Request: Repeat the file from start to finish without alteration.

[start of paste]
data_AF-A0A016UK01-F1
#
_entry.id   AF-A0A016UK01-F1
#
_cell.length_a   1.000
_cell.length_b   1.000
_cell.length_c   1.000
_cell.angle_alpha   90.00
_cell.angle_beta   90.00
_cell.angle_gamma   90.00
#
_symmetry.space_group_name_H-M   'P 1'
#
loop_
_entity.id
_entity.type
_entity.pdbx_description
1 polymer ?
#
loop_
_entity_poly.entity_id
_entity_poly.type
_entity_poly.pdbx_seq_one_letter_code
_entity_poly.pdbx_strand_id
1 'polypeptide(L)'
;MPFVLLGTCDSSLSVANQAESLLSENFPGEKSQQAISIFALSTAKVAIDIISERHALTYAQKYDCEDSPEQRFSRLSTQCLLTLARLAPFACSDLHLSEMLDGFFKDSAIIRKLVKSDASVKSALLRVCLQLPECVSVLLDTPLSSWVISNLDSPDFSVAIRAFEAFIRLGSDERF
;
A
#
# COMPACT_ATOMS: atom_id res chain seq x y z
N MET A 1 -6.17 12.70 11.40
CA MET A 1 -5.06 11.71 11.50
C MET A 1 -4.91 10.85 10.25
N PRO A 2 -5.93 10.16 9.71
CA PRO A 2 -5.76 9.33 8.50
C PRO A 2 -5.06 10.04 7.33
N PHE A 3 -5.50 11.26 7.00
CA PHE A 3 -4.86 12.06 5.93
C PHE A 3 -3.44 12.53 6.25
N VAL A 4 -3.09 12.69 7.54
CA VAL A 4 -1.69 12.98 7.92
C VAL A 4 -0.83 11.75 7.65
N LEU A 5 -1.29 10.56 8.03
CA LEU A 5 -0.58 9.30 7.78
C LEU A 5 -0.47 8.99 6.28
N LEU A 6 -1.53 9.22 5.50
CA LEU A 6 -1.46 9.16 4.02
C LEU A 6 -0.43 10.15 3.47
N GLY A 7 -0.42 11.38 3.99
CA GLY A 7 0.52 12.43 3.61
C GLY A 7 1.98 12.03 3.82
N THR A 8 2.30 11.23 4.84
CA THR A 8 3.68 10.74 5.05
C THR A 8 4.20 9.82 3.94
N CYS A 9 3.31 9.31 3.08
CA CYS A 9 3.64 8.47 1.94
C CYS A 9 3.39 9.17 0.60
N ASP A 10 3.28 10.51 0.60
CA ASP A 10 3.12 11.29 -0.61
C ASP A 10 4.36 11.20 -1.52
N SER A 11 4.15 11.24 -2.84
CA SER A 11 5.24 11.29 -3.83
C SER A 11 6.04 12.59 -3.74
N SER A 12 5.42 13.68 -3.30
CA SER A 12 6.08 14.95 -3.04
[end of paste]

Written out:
data_AF-A0A016UK01-F1
#
_entry.id   AF-A0A016UK01-F1
#
_cell.length_a   1.000
_cell.length_b   1.000
_cell.length_c   1.000
_cell.angle_alpha   90.00
_cell.angle_beta   90.00
_cell.angle_gamma   90.00
#
_symmetry.space_group_name_H-M   'P 1'
#
loop_
_entity.id
_entity.type
_entity.pdbx_description
1 polymer ?
#
loop_
_entity_poly.entity_id
_entity_poly.type
_entity_poly.pdbx_seq_one_letter_code
_entity_poly.pdbx_strand_id
1 'polypeptide(L)'
;MPFVLLGTCDSSLSVANQAESLLSENFPGEKSQQAISIFALSTAKVAIDIISERHALTYAQKYDCEDSPEQRFSRLSTQCLLTLARLAPFACSDLHLSEMLDGFFKDSAIIRKLVKSDASVKSALLRVCLQLPECVSVLLDTPLSSWVISNLDSPDFSVAIRAFEAFIRLGSDERF
;
A
#
# COMPACT_ATOMS: atom_id res chain seq x y z
N MET A 1 -6.17 12.70 11.40
CA MET A 1 -5.06 11.71 11.50
C MET A 1 -4.91 10.85 10.25
N PRO A 2 -5.93 10.16 9.71
CA PRO A 2 -5.76 9.33 8.50
C PRO A 2 -5.06 10.04 7.33
N PHE A 3 -5.50 11.26 7.00
CA PHE A 3 -4.86 12.06 5.93
C PHE A 3 -3.44 12.53 6.25
N VAL A 4 -3.09 12.69 7.54
CA VAL A 4 -1.69 12.98 7.92
C VAL A 4 -0.83 11.75 7.65
N LEU A 5 -1.29 10.56 8.03
CA LEU A 5 -0.58 9.30 7.78
C LEU A 5 -0.47 8.99 6.28
N LEU A 6 -1.53 9.22 5.50
CA LEU A 6 -1.46 9.16 4.02
C LEU A 6 -0.43 10.15 3.47
N GLY A 7 -0.42 11.38 3.99
CA GLY A 7 0.52 12.43 3.61
C GLY A 7 1.98 12.03 3.82
N THR A 8 2.30 11.23 4.84
CA THR A 8 3.68 10.74 5.05
C THR A 8 4.20 9.82 3.94
N CYS A 9 3.31 9.31 3.08
CA CYS A 9 3.64 8.47 1.94
C CYS A 9 3.39 9.17 0.60
N ASP A 10 3.28 10.51 0.60
CA ASP A 10 3.12 11.29 -0.61
C ASP A 10 4.36 11.20 -1.52
N SER A 11 4.15 11.24 -2.84
CA SER A 11 5.24 11.29 -3.83
C SER A 11 6.04 12.59 -3.74
N SER A 12 5.42 13.68 -3.30
CA SER A 12 6.08 14.95 -3.04